They also cautioned that a review of welfare payments for children of unemployed parents did not necessarily mean the government would throw more cash benefits at struggling families.
After Germany's highest court ruled Tuesday that the way payments for children were calculated breached the constitution, Interior Minister Thomas de Maizière became the first senior member of the government to openly attack the decision.
“The ruling suggests a problematic tendency towards exaggerating isolated cases rather than taking a reasonable overview,” de Maizière, a close ally of Chancellor Angela Merkel's, told daily Bild.
Federal Labour Minister Ursula von der Leyen defended the Hartz IV welfare reforms against attacks from critics, telling broadcaster Deutschlandradio Kultur that the aims of the reforms were sound.
But she admitted many of the system's details had been put together in a “hasty and sloppy” way, leading to outcomes that were “not very fair or just.”
She also criticised the court's demand that lawmakers review the system of payments by the end of this year, branding it an ''exorbitantly high time pressure.”
A review of the system by December 31 should not automatically mean more money for unemployed families, she said. Rather, non-cash benefits and greater services needed to be considered, she said, citing as an example extra school tuition for struggling children.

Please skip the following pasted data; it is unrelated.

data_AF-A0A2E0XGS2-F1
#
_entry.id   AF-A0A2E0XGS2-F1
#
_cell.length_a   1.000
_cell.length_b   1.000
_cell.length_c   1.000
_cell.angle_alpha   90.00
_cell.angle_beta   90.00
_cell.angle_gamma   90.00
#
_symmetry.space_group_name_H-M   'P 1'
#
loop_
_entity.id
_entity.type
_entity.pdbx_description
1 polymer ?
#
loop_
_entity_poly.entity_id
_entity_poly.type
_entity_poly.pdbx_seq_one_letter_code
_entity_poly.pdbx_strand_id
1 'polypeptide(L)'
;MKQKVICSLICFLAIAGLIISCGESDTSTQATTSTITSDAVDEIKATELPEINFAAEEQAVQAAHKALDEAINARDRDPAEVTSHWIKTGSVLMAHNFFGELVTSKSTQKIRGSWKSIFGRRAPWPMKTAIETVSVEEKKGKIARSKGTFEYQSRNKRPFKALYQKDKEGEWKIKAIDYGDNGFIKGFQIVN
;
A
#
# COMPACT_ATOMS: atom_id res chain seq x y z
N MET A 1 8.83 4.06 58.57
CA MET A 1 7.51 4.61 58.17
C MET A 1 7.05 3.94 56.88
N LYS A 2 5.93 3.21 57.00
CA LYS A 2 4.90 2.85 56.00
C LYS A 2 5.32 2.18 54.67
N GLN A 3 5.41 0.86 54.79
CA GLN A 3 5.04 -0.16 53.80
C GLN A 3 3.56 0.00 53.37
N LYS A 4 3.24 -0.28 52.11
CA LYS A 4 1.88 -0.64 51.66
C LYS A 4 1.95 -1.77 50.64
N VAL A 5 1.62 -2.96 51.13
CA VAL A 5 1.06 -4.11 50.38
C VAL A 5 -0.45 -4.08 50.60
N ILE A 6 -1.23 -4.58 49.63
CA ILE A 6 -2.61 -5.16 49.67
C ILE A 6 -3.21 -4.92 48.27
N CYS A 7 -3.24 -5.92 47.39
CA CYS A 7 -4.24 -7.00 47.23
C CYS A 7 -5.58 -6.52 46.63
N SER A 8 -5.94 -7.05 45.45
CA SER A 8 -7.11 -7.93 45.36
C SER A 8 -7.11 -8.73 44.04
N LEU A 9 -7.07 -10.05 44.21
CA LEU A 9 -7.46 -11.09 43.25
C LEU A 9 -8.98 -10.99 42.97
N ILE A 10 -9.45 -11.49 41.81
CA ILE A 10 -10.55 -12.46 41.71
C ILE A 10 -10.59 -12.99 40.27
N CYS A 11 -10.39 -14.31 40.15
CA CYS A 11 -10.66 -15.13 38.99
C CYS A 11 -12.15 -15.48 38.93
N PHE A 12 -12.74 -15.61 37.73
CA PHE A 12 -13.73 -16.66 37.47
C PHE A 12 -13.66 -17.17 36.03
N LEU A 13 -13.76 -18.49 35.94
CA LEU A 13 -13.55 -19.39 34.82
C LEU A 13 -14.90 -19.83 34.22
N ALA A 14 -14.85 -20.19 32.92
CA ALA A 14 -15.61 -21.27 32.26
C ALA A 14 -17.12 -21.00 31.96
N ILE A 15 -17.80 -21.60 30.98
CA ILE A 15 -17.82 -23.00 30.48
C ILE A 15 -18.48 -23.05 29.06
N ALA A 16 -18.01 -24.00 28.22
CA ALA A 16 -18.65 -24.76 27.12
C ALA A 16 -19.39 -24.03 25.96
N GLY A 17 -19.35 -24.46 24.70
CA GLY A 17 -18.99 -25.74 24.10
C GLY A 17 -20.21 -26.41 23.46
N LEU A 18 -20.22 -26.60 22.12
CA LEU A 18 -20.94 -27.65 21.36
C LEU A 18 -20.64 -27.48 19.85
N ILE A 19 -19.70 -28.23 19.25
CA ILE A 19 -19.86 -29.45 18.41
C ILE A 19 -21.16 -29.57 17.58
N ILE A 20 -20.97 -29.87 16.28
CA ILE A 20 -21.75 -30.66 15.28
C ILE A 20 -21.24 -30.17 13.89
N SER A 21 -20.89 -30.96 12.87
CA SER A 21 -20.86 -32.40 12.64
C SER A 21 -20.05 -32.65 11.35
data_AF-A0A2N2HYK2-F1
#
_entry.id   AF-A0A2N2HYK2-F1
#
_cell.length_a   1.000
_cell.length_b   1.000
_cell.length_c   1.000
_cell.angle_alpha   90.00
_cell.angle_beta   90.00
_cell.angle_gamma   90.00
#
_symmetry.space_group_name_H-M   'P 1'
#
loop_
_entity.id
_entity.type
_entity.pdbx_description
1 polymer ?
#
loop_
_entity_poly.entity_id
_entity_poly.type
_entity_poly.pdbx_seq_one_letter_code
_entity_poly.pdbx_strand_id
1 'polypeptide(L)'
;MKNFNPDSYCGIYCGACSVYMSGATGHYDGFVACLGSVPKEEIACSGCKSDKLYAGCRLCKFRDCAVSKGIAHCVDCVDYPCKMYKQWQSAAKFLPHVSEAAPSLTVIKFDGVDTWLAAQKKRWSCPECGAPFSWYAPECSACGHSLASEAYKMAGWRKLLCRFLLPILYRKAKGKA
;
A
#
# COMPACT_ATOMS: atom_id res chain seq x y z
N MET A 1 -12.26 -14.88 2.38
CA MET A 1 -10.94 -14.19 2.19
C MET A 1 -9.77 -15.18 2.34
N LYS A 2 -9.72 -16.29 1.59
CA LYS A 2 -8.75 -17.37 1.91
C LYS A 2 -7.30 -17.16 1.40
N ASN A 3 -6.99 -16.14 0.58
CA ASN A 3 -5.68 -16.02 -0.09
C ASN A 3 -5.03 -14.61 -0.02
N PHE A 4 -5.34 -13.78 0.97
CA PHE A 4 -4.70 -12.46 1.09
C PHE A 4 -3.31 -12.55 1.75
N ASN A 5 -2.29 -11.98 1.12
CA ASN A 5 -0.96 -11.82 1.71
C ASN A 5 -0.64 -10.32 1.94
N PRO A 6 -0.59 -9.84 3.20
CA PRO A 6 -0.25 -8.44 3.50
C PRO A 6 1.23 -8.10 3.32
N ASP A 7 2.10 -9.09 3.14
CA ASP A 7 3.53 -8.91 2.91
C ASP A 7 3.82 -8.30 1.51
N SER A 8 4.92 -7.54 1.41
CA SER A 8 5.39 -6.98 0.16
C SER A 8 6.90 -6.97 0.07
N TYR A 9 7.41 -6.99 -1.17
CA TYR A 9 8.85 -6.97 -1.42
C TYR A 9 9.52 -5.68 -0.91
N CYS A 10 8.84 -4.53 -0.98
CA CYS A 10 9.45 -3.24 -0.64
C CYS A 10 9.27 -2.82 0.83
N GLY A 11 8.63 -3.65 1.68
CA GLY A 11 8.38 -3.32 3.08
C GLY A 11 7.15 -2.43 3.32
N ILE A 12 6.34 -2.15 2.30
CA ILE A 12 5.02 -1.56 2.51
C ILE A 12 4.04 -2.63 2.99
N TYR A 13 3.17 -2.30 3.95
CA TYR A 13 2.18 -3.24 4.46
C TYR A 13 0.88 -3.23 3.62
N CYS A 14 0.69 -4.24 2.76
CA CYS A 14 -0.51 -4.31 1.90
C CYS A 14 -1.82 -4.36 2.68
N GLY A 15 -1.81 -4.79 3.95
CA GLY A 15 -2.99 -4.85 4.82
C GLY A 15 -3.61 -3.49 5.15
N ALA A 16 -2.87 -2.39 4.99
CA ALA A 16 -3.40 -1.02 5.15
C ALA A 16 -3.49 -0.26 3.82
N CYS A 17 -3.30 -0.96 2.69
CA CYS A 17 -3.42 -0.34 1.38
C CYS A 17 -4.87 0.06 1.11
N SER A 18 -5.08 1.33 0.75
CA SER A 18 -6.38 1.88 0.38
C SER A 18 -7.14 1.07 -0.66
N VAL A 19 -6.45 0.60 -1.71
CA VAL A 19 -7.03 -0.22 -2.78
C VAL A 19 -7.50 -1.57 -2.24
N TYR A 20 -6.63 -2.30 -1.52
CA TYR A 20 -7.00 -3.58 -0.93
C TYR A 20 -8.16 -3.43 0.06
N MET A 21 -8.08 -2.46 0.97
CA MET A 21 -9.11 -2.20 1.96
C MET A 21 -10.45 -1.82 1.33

The Constitutional Court ruled on Tuesday that the rate of unemployment benefits under Hartz IV was not transparent in the way it was calculated and not gauged according to real-life circumstances.
In particular, the method of calculating children's payments as a percentage of benefits given to adults was unconstitutional. Rather, benefits should be calculated to ensure welfare recipients could at least live according to minimum humane standards, the court ruled.
At present, benefits for children of unemployed families are calculated as a percentage of the €359 per month – not including rent – awarded to unemployed adults. Children aged up to five get €215 per month – 60 percent of the adult rate – and children aged six to 13 get €251 – or 70 percent of the adult rate.
Hartz IV was introduced in 2005 by the former Social Democrat-led government of Gerhard Schöder and has been continued under Merkel's government.
After the ruling Merkel herself welcomed the “clarity” on Hartz IV provided by the court.
Andrea Nahles, general secretary of the centre-left Social Democrats, said: “The new government must now create an independent regulation for the rate of payments to children. I would welcome that. We have not in the past done all that was necessary to ensure transparency.”